The Original 78th Fraser Highlanders

The final phase of the 150-year struggle between Britain and France in North America began in 1754.  It became evident that a large-scale military intervention in the colonial conflict was required if Britain was to prevail and that this would necessitate sending British regulars to North America.  Authority was therefore granted for the raising of two Highland Battalions of foot, the 62nd regiment of Foot (Montgomerie’s Highlanders) and the 63rd Regiment of Foot (Fraser’s Highlanders), for service in the new world.

Simon Fraser, Master of Lovat, was commissioned Lieutenant-Colonel Commandant and on 5 January, 1757 was authorized to raise a regiment of foot.  The regiment, later re-designated the 78th Regiment, 2nd Highland Battalion, assembled in Inverness, and soon recruited to full strength. By the time the regiment embarked at Glasgow in April 1757, the unit had reached a formidable strength of 1542 all ranks.

In spring of 1758, the regiment joined the force being assembled for the assault of Louisbourg, Nova Scotia, and participated in the original assault landing and the subsequent siege of the fortress, which capitulated in July 1758.  In spring of 1759, the regiment joined General Wolfe’s Quebec expedition, and served with distinction throughout the campaign.  They were the only Highland troops present, and formed the largest Regiment at the battle of the Plains of Abraham, which resulted in the surrender of Quebec City.  In 1760, the regiment participated in the battle of Saint Foy, and subsequently joined General Murray’s force in the advance on Montreal, where they met up with the 42nd (Royal Highland) Regiment (The Black Watch) and the 77th (Montgomerie’s Highlanders) Regiment, both serving with Amherst’s force.  Here, for the first time, the three Highland Regiments serving in North America during the Seven Years’ War came together.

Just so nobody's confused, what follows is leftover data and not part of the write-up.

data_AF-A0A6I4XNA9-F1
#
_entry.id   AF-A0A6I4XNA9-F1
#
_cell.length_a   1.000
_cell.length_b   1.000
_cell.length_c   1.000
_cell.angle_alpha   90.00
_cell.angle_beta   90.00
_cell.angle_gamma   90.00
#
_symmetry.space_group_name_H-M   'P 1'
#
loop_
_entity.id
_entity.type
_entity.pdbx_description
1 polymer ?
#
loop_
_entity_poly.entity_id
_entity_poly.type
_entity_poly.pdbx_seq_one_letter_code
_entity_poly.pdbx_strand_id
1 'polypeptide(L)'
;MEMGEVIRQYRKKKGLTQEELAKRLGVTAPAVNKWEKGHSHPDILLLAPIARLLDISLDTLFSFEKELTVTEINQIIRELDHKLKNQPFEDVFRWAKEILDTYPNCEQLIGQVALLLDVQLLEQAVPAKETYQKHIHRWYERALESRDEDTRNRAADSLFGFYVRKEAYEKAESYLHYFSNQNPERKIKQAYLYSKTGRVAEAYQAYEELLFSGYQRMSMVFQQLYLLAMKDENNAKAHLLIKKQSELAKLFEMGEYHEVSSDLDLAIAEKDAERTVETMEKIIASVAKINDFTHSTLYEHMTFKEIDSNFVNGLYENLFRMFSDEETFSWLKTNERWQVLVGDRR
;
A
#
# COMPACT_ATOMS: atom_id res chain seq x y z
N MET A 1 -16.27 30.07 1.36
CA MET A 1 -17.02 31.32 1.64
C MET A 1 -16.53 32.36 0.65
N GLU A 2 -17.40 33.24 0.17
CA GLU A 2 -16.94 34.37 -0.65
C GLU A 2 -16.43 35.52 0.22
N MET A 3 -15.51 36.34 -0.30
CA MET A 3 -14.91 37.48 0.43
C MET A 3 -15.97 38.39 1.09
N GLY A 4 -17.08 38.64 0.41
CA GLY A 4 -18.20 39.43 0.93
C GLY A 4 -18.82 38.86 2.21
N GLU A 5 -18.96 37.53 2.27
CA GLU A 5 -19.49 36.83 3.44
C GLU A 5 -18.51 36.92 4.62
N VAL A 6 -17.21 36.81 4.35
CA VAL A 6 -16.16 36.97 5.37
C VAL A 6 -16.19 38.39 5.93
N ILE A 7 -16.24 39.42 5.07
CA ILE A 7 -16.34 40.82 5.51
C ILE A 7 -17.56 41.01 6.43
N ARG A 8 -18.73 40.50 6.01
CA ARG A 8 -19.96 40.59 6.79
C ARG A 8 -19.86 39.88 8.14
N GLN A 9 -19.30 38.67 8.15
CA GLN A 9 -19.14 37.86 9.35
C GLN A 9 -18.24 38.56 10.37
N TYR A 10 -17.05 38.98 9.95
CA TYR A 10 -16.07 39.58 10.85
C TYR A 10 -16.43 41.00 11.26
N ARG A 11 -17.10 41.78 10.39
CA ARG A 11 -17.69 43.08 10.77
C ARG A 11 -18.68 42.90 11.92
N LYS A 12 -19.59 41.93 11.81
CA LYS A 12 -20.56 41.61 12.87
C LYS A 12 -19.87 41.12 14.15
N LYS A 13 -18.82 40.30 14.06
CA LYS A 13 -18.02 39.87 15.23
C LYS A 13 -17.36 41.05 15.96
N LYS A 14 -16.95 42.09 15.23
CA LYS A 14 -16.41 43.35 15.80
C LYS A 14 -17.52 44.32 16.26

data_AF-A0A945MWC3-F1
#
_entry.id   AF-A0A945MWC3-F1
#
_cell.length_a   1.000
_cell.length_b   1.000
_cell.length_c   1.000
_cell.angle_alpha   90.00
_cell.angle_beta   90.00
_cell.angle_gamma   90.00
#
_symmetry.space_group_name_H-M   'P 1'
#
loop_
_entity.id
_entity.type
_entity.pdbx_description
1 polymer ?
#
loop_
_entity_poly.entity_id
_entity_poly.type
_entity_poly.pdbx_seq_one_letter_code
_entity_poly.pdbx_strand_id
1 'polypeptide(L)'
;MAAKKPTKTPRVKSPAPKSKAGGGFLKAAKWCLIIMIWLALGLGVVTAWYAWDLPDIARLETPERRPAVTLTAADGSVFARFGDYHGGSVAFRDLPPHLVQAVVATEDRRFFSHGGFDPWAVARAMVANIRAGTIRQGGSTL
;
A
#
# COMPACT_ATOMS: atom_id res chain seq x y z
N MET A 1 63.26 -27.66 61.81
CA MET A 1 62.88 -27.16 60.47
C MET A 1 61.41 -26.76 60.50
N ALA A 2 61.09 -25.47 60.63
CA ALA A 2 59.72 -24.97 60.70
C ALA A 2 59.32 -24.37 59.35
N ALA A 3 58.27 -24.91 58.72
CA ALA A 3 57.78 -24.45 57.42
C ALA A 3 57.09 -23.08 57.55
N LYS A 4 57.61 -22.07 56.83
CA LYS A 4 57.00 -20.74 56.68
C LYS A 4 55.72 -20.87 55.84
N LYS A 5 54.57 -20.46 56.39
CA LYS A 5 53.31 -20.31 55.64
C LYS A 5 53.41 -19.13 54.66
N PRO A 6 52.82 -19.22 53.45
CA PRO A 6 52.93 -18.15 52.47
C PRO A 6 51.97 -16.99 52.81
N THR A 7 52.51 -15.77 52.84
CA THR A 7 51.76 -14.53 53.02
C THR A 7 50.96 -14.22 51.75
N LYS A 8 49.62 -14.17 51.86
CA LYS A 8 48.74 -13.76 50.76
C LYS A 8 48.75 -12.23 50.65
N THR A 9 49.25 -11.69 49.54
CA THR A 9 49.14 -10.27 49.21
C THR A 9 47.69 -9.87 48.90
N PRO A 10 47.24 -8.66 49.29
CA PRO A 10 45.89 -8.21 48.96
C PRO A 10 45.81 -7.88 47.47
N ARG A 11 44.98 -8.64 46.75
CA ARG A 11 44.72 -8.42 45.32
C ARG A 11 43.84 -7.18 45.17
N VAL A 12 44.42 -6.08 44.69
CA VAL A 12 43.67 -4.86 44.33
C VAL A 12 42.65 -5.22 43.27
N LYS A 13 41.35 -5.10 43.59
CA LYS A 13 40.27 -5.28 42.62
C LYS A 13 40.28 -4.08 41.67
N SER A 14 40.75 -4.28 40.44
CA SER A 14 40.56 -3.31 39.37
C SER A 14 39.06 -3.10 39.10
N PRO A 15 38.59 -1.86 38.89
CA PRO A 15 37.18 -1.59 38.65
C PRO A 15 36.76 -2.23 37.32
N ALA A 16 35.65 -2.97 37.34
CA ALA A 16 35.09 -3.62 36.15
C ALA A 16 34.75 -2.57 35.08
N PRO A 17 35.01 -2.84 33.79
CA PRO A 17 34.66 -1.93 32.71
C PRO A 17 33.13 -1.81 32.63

With the signing of the Treaty of Paris in 1763, peace came between Britain and France, and in December 1763 order were received to disband the Regiment.  When this took place, marking the only occasion on which a Highland regiment disbanded off Scottish soil, 158 men accepted land grants and settled in the lower St Lawrence area where their descendants continue to be found.

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